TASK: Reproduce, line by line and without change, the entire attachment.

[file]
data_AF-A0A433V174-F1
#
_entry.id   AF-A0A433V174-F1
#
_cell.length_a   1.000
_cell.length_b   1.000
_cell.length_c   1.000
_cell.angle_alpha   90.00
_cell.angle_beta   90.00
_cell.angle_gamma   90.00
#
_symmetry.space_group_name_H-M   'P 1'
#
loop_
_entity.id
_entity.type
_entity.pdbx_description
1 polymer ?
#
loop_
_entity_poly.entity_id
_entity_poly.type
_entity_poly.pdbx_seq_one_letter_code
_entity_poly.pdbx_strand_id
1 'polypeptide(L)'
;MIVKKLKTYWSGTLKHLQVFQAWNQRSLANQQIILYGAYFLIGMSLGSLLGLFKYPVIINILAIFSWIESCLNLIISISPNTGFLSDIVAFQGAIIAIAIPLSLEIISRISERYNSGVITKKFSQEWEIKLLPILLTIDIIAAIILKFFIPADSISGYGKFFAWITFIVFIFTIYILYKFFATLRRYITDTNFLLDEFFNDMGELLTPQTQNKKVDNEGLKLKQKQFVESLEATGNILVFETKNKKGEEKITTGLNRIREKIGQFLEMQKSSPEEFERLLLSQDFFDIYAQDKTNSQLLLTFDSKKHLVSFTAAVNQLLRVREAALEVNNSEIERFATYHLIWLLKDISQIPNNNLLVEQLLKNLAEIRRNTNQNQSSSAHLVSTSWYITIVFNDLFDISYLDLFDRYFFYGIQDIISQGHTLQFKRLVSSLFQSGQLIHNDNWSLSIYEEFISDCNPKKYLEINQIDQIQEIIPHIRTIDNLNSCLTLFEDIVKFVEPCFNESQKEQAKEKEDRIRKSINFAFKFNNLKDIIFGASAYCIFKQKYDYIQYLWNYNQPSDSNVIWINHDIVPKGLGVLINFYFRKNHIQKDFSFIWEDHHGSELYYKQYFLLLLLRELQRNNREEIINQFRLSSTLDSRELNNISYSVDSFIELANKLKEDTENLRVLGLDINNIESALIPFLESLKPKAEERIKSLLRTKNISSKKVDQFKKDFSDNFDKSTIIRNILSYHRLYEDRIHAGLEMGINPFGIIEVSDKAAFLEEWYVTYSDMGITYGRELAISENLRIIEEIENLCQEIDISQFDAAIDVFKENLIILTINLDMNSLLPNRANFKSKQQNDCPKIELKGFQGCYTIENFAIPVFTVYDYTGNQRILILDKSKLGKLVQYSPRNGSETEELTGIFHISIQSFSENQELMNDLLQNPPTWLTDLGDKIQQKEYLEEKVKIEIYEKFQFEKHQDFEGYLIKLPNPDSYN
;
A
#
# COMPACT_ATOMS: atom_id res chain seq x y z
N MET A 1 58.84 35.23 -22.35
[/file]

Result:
data_AF-A0A433V174-F1
#
_entry.id   AF-A0A433V174-F1
#
_cell.length_a   1.000
_cell.length_b   1.000
_cell.length_c   1.000
_cell.angle_alpha   90.00
_cell.angle_beta   90.00
_cell.angle_gamma   90.00
#
_symmetry.space_group_name_H-M   'P 1'
#
loop_
_entity.id
_entity.type
_entity.pdbx_description
1 polymer ?
#
loop_
_entity_poly.entity_id
_entity_poly.type
_entity_poly.pdbx_seq_one_letter_code
_entity_poly.pdbx_strand_id
1 'polypeptide(L)'
;MIVKKLKTYWSGTLKHLQVFQAWNQRSLANQQIILYGAYFLIGMSLGSLLGLFKYPVIINILAIFSWIESCLNLIISISPNTGFLSDIVAFQGAIIAIAIPLSLEIISRISERYNSGVITKKFSQEWEIKLLPILLTIDIIAAIILKFFIPADSISGYGKFFAWITFIVFIFTIYILYKFFATLRRYITDTNFLLDEFFNDMGELLTPQTQNKKVDNEGLKLKQKQFVESLEATGNILVFETKNKKGEEKITTGLNRIREKIGQFLEMQKSSPEEFERLLLSQDFFDIYAQDKTNSQLLLTFDSKKHLVSFTAAVNQLLRVREAALEVNNSEIERFATYHLIWLLKDISQIPNNNLLVEQLLKNLAEIRRNTNQNQSSSAHLVSTSWYITIVFNDLFDISYLDLFDRYFFYGIQDIISQGHTLQFKRLVSSLFQSGQLIHNDNWSLSIYEEFISDCNPKKYLEINQIDQIQEIIPHIRTIDNLNSCLTLFEDIVKFVEPCFNESQKEQAKEKEDRIRKSINFAFKFNNLKDIIFGASAYCIFKQKYDYIQYLWNYNQPSDSNVIWINHDIVPKGLGVLINFYFRKNHIQKDFSFIWEDHHGSELYYKQYFLLLLLRELQRNNREEIINQFRLSSTLDSRELNNISYSVDSFIELANKLKEDTENLRVLGLDINNIESALIPFLESLKPKAEERIKSLLRTKNISSKKVDQFKKDFSDNFDKSTIIRNILSYHRLYEDRIHAGLEMGINPFGIIEVSDKAAFLEEWYVTYSDMGITYGRELAISENLRIIEEIENLCQEIDISQFDAAIDVFKENLIILTINLDMNSLLPNRANFKSKQQNDCPKIELKGFQGCYTIENFAIPVFTVYDYTGNQRILILDKSKLGKLVQYSPRNGSETEELTGIFHISIQSFSENQELMNDLLQNPPTWLTDLGDKIQQKEYLEEKVKIEIYEKFQFEKHQDFEGYLIKLPNPDSYN
;
A
#
# COMPACT_ATOMS: atom_id res chain seq x y z
N MET A 1 58.84 35.23 -22.35